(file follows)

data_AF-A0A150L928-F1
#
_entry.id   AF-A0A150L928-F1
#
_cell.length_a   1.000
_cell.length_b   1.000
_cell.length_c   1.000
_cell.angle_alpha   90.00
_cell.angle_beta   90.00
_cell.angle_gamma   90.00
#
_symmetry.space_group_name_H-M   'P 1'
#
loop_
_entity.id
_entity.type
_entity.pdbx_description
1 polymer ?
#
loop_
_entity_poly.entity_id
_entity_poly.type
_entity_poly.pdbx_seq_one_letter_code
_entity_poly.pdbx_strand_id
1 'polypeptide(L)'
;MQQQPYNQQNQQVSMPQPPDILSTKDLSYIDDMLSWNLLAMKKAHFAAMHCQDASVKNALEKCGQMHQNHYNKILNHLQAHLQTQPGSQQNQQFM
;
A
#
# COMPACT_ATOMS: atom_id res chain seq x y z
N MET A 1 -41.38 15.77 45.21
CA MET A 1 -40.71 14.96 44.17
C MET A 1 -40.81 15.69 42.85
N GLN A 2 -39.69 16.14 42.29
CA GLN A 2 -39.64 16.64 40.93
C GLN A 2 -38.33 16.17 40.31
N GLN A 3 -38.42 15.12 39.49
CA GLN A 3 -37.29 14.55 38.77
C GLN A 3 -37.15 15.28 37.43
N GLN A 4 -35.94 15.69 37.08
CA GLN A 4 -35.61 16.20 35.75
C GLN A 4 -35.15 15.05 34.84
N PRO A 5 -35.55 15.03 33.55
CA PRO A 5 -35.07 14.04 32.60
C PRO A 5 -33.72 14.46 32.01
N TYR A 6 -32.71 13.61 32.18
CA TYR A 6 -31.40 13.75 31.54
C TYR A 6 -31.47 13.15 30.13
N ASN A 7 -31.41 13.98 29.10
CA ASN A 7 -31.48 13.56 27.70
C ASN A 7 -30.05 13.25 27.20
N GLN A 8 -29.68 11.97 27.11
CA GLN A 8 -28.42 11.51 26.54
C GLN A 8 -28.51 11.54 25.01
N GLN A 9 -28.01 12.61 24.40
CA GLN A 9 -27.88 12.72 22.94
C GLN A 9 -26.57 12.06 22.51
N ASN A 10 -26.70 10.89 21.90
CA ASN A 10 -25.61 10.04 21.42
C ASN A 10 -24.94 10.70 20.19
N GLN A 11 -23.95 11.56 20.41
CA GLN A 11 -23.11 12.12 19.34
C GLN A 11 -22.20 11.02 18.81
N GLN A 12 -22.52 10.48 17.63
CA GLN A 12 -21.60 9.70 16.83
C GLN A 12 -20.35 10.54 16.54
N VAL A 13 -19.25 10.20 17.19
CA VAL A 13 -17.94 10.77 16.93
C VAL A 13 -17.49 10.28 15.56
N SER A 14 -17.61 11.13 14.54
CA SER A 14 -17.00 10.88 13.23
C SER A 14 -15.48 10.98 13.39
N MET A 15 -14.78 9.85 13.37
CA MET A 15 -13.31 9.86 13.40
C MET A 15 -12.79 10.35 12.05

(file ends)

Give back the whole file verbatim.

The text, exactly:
data_AF-A0A150L928-F1
#
_entry.id   AF-A0A150L928-F1
#
_cell.length_a   1.000
_cell.length_b   1.000
_cell.length_c   1.000
_cell.angle_alpha   90.00
_cell.angle_beta   90.00
_cell.angle_gamma   90.00
#
_symmetry.space_group_name_H-M   'P 1'
#
loop_
_entity.id
_entity.type
_entity.pdbx_description
1 polymer ?
#
loop_
_entity_poly.entity_id
_entity_poly.type
_entity_poly.pdbx_seq_one_letter_code
_entity_poly.pdbx_strand_id
1 'polypeptide(L)'
;MQQQPYNQQNQQVSMPQPPDILSTKDLSYIDDMLSWNLLAMKKAHFAAMHCQDASVKNALEKCGQMHQNHYNKILNHLQAHLQTQPGSQQNQQFM
;
A
#
# COMPACT_ATOMS: atom_id res chain seq x y z
N MET A 1 -41.38 15.77 45.21
CA MET A 1 -40.71 14.96 44.17
C MET A 1 -40.81 15.69 42.85
N GLN A 2 -39.69 16.14 42.29
CA GLN A 2 -39.64 16.64 40.93
C GLN A 2 -38.33 16.17 40.31
N GLN A 3 -38.42 15.12 39.49
CA GLN A 3 -37.29 14.55 38.77
C GLN A 3 -37.15 15.28 37.43
N GLN A 4 -35.94 15.69 37.08
CA GLN A 4 -35.61 16.20 35.75
C GLN A 4 -35.15 15.05 34.84
N PRO A 5 -35.55 15.03 33.55
CA PRO A 5 -35.07 14.04 32.60
C PRO A 5 -33.72 14.46 32.01
N TYR A 6 -32.71 13.61 32.18
CA TYR A 6 -31.40 13.75 31.54
C TYR A 6 -31.47 13.15 30.13
N ASN A 7 -31.41 13.98 29.10
CA ASN A 7 -31.48 13.56 27.70
C ASN A 7 -30.05 13.25 27.20
N GLN A 8 -29.68 11.97 27.11
CA GLN A 8 -28.42 11.51 26.54
C GLN A 8 -28.51 11.54 25.01
N GLN A 9 -28.01 12.61 24.40
CA GLN A 9 -27.88 12.72 22.94
C GLN A 9 -26.57 12.06 22.51
N ASN A 10 -26.70 10.89 21.90
CA ASN A 10 -25.61 10.04 21.42
C ASN A 10 -24.94 10.70 20.19
N GLN A 11 -23.95 11.56 20.41
CA GLN A 11 -23.11 12.12 19.34
C GLN A 11 -22.20 11.02 18.81
N GLN A 12 -22.52 10.48 17.63
CA GLN A 12 -21.60 9.70 16.83
C GLN A 12 -20.35 10.54 16.54
N VAL A 13 -19.25 10.20 17.19
CA VAL A 13 -17.94 10.77 16.93
C VAL A 13 -17.49 10.28 15.56
N SER A 14 -17.61 11.13 14.54
CA SER A 14 -17.00 10.88 13.23
C SER A 14 -15.48 10.98 13.39
N MET A 15 -14.78 9.85 13.37
CA MET A 15 -13.31 9.86 13.40
C MET A 15 -12.79 10.35 12.05